Federal Employees Retirement System (FERS) Disability Retirement: The Law’s Mandate

What does it mean to “apply the law”?  Does mere mention of the fact — often, at the end of a lengthy paragraph, almost as an afterthought and merely an appendage to satisfy the criteria of “consideration of the law” — satisfy the requirement?

Does a jury who collectively convicts a defendant because they didn’t like the way he looks, satisfy the obligation of considering “reasonable doubt” if, just before agreeing to render the verdict of “guilty”, everyone in the room nods the consent that there is “no reasonable doubt to consider”?

Or, must a jury deliberate upon the issue and definition of reasonable doubt for a lengthy period of time in order to “appear” that they have considered the law’s mandate in a serious fashion, so that each juror can say, “Yes, we gave the criterion of ‘reasonable doubt’ due seriousness, and concluded that none of us had any reasonable doubt to prevent such a conviction”?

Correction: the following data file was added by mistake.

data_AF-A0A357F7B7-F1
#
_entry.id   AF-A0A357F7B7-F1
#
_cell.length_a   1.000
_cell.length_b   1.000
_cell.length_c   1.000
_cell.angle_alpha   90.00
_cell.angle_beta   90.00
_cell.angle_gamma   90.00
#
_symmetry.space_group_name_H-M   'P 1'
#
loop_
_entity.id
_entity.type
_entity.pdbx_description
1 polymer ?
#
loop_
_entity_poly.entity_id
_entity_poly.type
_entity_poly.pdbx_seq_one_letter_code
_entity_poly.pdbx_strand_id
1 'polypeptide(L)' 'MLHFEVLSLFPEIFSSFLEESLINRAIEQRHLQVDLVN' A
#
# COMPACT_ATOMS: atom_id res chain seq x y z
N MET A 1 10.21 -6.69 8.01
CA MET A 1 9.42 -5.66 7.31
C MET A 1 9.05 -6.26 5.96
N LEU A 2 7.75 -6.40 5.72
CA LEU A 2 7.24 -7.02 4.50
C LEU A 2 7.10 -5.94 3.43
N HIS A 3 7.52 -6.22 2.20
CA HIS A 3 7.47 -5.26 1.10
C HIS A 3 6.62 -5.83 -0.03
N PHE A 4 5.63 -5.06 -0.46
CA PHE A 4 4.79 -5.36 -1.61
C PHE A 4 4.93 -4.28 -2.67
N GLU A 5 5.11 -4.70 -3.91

In analogous form, does the U.S. Office of Personnel Management satisfy the law’s mandate if they merely mention the multitude of case-law requirements, or if not even mentioning them, to “refer” to the variegated issues?

In this writer’s opinion, the Law’s Mandate requires more, and it is the job of the attorney to point out what constitutes and satisfies the law’s mandate, and to force OPM to do their job properly.  If you are considering filing for Federal Disability Retirement under FERS, contact a retirement lawyer who specializes in Federal Disability Retirement Law and make sure that the Law’s Mandate is fully satisfied.

Sincerely,

Robert R. McGill
Lawyer exclusively representing Federal and Postal employees to secure their Federal Disability Retirement benefits under FERS from the U.S. Office of Personnel Management.

 

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